It's murky waters that I'm swimming in here as there is an evolution involved in any music genre so direct comparisons are perhaps inappropriate. I am somewhat aware of the influence the so called Country Music "establishment" has had on this evolution. One need only look at examples like Taylor Swift, Shania Twain and Garth Brooks and others who were criticized and in some cases "shunned" for their unconventional approaches who are now celebrated as part of that same 'establishment'. So there is some hypocrisy at play in my op…

Radiohead

Radiohead



When talking about the band I have to confess I'm out of my depth so I will tread lightly. We should however get right to their beginnings and major influence, that being the 'Talking Heads' and their namesake song "Radio Head". The band had been called 'On a Friday' but their record label requested they change it before signing a contract (with EMI records) in 1991.
Radiohead are one of the most successful and influential Rock bands since their debut album "Pablo Honey' (Jerky Boys) in February of 1993. All their songs are credited to the entire band Colin Greenwood, Jonny Greenwood, Ed O'Brien, Phil Selway and Thom Yorke. And there's the 'sixth member' producer Nigel Godrich who's done all their albums since 1994. Their song "Creep" charted top 40 across the world and it's depressing tone eventually wore the band down to the point they stopped playing it live for a long period of time. The songs melo…

25 of the Greatest Cover Songs #26-50

The next 25 of the Greatest Cover Songs #26-50

In part one I listed 25 of the greatest cover songs and to date it's been my most viewed blog post. There are so many more I wanted to add to the list so depending on the response, I'm prepared to follow with 51-75 and 76-100 in the future.

This list in part comes from many of the songs that I have already posted in the past 15 months or so since I started blogging. As for how songs make it on my list there are a few criteria, while I don't dismiss music from more recent years a song has to have stood the test of time for me, hence much of the list are songs of some vintage and just plain old, like the writer. Next, the original song itself must have some character and some degree of popularity. And preferably the artist and or songwriters are of interest as well. I have read other lists of great cover songs from books, articles and google searches and you'll find much similarity, but some of them contain songs I just don…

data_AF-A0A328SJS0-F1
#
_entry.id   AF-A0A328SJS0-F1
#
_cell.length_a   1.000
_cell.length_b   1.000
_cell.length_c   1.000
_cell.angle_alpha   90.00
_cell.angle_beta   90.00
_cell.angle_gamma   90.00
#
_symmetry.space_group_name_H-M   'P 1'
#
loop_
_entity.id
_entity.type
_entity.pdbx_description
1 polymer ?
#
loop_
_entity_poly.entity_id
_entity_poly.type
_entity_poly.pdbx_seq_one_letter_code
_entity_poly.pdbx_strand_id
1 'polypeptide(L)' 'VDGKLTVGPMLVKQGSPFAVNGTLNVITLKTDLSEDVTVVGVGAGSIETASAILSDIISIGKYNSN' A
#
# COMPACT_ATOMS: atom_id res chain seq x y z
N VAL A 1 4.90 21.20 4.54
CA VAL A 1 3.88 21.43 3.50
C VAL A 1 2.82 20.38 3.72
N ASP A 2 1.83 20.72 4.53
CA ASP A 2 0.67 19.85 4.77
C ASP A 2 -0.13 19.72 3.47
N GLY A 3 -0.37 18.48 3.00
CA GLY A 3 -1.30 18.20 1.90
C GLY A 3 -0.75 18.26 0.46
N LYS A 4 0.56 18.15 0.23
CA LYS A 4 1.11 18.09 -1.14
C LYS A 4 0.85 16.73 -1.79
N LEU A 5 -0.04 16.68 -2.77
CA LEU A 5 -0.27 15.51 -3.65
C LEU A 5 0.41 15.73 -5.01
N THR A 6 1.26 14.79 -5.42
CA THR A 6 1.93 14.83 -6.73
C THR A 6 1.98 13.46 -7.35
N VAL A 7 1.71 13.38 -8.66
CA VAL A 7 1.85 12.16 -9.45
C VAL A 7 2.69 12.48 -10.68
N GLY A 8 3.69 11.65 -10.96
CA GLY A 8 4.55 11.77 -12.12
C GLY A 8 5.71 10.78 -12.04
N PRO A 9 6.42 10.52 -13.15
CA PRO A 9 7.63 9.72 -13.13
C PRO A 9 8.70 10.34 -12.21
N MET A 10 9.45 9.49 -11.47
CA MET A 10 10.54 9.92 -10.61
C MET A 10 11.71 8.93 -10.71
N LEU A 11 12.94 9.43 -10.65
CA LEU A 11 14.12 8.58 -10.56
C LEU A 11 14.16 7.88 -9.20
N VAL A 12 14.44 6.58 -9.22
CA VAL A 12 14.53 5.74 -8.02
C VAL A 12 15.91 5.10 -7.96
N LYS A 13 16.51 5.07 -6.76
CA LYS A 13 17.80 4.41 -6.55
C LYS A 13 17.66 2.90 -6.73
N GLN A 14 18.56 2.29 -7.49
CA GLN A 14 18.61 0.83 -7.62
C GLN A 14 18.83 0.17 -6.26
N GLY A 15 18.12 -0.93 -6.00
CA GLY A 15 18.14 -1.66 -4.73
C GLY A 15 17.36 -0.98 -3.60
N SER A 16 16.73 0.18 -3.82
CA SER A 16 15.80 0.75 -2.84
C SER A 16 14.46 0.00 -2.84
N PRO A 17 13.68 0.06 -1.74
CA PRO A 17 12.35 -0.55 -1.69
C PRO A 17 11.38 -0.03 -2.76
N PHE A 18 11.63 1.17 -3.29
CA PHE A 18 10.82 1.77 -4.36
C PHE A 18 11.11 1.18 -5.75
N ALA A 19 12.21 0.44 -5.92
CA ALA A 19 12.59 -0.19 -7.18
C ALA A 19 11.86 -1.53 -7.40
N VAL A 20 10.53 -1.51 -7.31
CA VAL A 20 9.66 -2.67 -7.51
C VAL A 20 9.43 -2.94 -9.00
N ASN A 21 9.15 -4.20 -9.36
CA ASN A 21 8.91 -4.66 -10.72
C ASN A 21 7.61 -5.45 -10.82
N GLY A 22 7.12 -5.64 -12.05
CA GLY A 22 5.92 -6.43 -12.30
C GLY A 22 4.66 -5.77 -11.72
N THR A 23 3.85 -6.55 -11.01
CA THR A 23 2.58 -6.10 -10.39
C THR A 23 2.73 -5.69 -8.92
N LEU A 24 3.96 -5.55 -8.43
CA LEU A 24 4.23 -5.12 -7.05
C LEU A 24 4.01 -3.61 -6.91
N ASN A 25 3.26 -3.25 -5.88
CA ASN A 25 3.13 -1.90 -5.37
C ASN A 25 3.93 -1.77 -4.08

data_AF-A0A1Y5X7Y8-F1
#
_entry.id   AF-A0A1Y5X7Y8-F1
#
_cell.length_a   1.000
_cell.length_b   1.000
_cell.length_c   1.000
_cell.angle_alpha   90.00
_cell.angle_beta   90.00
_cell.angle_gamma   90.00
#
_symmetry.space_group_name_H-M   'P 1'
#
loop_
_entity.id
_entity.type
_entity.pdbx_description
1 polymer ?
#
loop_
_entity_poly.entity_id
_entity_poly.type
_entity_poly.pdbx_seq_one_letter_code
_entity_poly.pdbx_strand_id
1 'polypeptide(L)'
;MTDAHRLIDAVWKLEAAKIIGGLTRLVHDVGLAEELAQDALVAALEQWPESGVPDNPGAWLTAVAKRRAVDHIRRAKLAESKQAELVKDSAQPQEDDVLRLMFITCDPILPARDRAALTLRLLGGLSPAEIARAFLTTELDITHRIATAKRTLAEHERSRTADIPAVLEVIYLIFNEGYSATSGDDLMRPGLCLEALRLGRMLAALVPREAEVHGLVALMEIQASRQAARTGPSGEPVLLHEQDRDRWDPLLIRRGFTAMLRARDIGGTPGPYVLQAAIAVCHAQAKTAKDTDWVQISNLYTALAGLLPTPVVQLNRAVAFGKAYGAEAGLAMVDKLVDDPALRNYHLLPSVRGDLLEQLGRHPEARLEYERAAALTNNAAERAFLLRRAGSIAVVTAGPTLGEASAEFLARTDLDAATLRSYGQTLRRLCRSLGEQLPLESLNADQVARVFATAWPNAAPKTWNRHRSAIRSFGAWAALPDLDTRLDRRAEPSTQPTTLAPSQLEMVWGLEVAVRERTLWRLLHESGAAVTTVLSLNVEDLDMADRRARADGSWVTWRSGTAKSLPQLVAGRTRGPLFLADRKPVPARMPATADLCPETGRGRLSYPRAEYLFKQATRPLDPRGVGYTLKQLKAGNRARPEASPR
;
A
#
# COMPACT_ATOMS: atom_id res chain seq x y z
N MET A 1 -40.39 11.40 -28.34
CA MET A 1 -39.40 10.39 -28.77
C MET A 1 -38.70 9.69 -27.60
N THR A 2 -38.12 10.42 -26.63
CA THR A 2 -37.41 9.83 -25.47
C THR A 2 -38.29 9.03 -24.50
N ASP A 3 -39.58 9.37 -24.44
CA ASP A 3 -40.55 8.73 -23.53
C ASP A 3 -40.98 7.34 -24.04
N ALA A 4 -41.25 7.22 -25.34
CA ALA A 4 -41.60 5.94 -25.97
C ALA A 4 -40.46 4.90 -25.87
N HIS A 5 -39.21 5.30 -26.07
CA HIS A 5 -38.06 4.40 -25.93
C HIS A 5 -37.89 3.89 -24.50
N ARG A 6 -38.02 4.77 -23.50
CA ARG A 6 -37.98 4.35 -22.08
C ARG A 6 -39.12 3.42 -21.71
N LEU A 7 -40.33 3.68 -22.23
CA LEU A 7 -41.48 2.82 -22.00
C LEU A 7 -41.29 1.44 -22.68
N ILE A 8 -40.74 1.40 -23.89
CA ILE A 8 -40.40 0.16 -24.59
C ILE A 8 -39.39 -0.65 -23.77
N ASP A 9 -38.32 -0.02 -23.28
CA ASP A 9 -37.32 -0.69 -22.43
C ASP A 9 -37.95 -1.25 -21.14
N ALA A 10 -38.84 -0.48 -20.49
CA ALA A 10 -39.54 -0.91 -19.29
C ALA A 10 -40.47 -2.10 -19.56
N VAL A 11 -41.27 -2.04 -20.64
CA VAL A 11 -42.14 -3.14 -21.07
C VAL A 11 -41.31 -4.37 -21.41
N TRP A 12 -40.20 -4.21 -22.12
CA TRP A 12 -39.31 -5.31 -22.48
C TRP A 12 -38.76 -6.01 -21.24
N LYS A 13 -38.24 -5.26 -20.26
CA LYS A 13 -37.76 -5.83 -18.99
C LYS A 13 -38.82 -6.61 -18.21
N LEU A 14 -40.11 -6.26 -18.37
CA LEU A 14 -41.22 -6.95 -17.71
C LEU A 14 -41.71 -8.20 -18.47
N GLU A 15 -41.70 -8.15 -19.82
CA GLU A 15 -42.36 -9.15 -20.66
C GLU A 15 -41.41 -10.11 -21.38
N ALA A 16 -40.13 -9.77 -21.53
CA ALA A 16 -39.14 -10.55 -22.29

Aretha Franklin: Remembering the Gospel, Soul and Pop music Virtuosa

Remembering Aretha Franklin, a story… through cover songs
On the first anniversary of her passing, another homage to one of the greatest voices of all time. I paid tribute to her and some of her most memorable cover songs on August 16 of last year, but there are many more to talk about.

If you know anything about Aretha Franklin then you will know that the Church and Gospel Music was a big part of her life. I myself do enjoy the odd Gospel song, particularly ones I’ve discovered from the likes of the unbelievably talented Sister Rosetta Tharpe . Also some of the other singers I regularly enjoy such as Elvis or Johnny Cash, mostly because of the vocal intensity and the connections I can draw to popular music. But this particular song from Aretha just blew me away.Considering this was a live recording of not the greatest technical quality with lots of background distraction, ‘believer’ or not you won’t be able to not feel something when you listen.
Precious Lord”, Aretha Franklin was re…

Country Rock

Country Rock


Music genres attempt to be definitive but are still typically full of a good spectrum of divergent styles. In order to pigeon hole artists we have over time developed other genres, sub and sub sub genres. Country music has over two dozen including; Classic Country, Country Pop, Blues Country and even Country rap.

Most Artists can be placed in more than one category but we tend to want to associate them most closely with a specific one. I've read that Country Rock came from Rock bands doing more Country flavored music not Country artists doing rock music. But I've found there are many early examples of Country music sounding pretty rock-like and I have included some examples below. We don't always tend to identify music and genres in the early stages of development and in many cases it's done quite retroactively. I've talked about a few artists thought to be 'Rock' that started to record with a more Country music feel, back as early as the 1950…